Dumbing Down Preaching?

After my post on making sense I received the following very helpful comment from Martin:

You make good points but I am left wondering.

There is so much dumbing down in America, are your encouraging the dumbing down of the sermon too?

How do you lift the bar for the congregation?

How do you keep the focus of the bright ones without leaving the newcomers behind?

In a rhetorical sense, should pastors check their brains (and learning) at the door to appeal to the least common denominator? In so doing, do the more educated listeners leave the service longing for more meat and less milk?

In sum, how do you balance these competing elements in the congregation?


Thanks for the comment.  I am absolutely not encouraging the dumbing down of the sermon.  I am encouraging making sermons understandable.  The level at which the sermon is pitched should be part of the preacher’s strategy, thoroughly informed by who is listening to the sermon (which implies knowing your congregation as well as possible).

Let’s take, as an example, a tennis coach.  Their job is to maximize the potential of the student by helping them improve their game.  In order to achieve that goal, they have to make sure that everything they work on with the student is both understood and implemented.  In reality they will make sure the basics are well-drilled, but they will also add to those basics the more nuanced elements of the game to produce a trained player who can play to the best of their ability.  That will take many hours of training, perhaps hundreds of hours.  But if you drop in at any point in the training, the student should understand what is being taught.  A tennis coach that uses obscure language, unknown illustrations, omitted connections, rapid transitions, unclear speech, assumed knowledge and incoherent literary speech will not be effective, and unlike the preacher, will not be thanked for their “deep training.”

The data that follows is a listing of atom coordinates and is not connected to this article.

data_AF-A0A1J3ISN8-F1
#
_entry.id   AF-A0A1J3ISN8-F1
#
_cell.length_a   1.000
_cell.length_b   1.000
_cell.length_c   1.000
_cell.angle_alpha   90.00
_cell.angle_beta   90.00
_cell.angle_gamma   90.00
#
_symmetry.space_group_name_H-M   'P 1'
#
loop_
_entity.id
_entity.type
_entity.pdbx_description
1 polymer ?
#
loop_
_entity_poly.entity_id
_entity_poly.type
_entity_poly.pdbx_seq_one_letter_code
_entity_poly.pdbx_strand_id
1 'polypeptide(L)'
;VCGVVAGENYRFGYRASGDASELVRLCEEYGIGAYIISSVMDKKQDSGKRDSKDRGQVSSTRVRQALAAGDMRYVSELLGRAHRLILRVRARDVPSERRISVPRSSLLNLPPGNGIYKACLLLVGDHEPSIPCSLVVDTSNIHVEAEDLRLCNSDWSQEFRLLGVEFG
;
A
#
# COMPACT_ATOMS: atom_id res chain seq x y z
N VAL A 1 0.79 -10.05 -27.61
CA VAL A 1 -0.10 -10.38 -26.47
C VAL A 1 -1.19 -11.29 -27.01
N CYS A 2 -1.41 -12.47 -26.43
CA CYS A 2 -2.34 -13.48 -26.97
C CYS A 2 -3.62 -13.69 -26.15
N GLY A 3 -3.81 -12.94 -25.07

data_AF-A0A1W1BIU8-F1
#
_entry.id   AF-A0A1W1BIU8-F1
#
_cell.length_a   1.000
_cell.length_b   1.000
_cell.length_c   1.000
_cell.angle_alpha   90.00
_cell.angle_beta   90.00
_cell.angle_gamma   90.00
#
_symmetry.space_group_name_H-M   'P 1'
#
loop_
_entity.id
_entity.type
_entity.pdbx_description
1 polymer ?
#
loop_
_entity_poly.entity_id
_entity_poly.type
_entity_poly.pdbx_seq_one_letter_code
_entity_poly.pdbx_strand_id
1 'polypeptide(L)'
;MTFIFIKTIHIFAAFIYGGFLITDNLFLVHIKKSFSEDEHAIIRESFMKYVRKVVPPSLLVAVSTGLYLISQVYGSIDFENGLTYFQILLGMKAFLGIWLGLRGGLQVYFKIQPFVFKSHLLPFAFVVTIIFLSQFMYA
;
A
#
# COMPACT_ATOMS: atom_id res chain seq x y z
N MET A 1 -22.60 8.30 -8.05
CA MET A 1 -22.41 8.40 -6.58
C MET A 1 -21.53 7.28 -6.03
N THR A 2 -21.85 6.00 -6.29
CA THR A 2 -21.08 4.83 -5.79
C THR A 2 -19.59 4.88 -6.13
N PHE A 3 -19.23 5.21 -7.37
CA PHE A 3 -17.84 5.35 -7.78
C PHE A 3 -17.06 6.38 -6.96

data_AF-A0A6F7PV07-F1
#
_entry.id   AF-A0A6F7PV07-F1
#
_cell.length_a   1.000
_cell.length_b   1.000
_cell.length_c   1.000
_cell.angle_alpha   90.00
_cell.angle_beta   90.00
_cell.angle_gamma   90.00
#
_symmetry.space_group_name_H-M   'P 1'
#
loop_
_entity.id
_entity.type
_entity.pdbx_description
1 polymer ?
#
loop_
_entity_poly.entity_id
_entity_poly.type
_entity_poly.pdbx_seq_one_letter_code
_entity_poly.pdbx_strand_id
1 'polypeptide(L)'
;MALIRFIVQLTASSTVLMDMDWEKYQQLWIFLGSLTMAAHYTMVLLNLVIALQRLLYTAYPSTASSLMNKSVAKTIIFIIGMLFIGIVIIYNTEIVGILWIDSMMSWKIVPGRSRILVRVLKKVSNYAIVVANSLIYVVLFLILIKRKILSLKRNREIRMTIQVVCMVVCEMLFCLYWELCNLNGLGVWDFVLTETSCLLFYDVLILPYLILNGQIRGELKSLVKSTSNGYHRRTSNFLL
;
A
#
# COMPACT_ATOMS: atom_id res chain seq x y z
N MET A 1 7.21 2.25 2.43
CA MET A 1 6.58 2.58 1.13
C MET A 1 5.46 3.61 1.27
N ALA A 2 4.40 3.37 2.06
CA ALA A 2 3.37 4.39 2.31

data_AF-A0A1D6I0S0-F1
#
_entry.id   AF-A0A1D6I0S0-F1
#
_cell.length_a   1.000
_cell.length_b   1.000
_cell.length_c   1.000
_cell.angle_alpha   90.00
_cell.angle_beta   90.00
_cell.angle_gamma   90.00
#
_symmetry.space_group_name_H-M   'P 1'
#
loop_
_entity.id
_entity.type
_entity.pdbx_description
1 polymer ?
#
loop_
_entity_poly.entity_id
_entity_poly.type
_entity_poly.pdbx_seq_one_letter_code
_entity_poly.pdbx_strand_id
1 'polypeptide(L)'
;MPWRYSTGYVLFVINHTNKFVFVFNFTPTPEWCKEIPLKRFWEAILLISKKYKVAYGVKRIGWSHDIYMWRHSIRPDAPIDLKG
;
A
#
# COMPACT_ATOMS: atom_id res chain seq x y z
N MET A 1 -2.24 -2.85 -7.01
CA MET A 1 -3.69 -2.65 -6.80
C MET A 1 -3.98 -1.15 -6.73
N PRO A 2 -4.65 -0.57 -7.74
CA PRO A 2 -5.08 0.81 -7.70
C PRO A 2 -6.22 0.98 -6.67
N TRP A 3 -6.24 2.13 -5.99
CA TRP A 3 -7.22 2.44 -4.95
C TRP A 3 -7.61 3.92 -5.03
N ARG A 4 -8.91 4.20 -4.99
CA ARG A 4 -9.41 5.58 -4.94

So to lift the bar for the congregation we must make sure our preaching is stretching them by its content, rather than missing them by lack of clarity.

I think it is possible to communicate to several levels at once.  Usually there is no need to differentiate massively in our preaching, “now for the more biblically astute listeners, listen to this…”  Actually we can offer extra elements without overplaying the introduction.  The key is for the listeners to be able to understand what you mean.  Newcomers are helped massively by simple explanations of all that is happening, so that even if they don’t fully comprehend every element of the service/message, they feel welcomed and comfortable (rather than alien and uncomfortable).

Pastors please don’t check your brains at the door.  But feel free to leave your egos there.  An effective communicator uses a part of their skill and learning to make sure they connect with their listeners.  Obscuring speech in order to appear intelligent is a prideful and profoundly unhelpful habit.  The best sportspersons are the best because they make the profoundly complex look simple.  The best coaches communicate effectively so that their instructions can be understood.  The best preachers profoundly communicate the scriptures, using their skill to make sure that listeners understand them.


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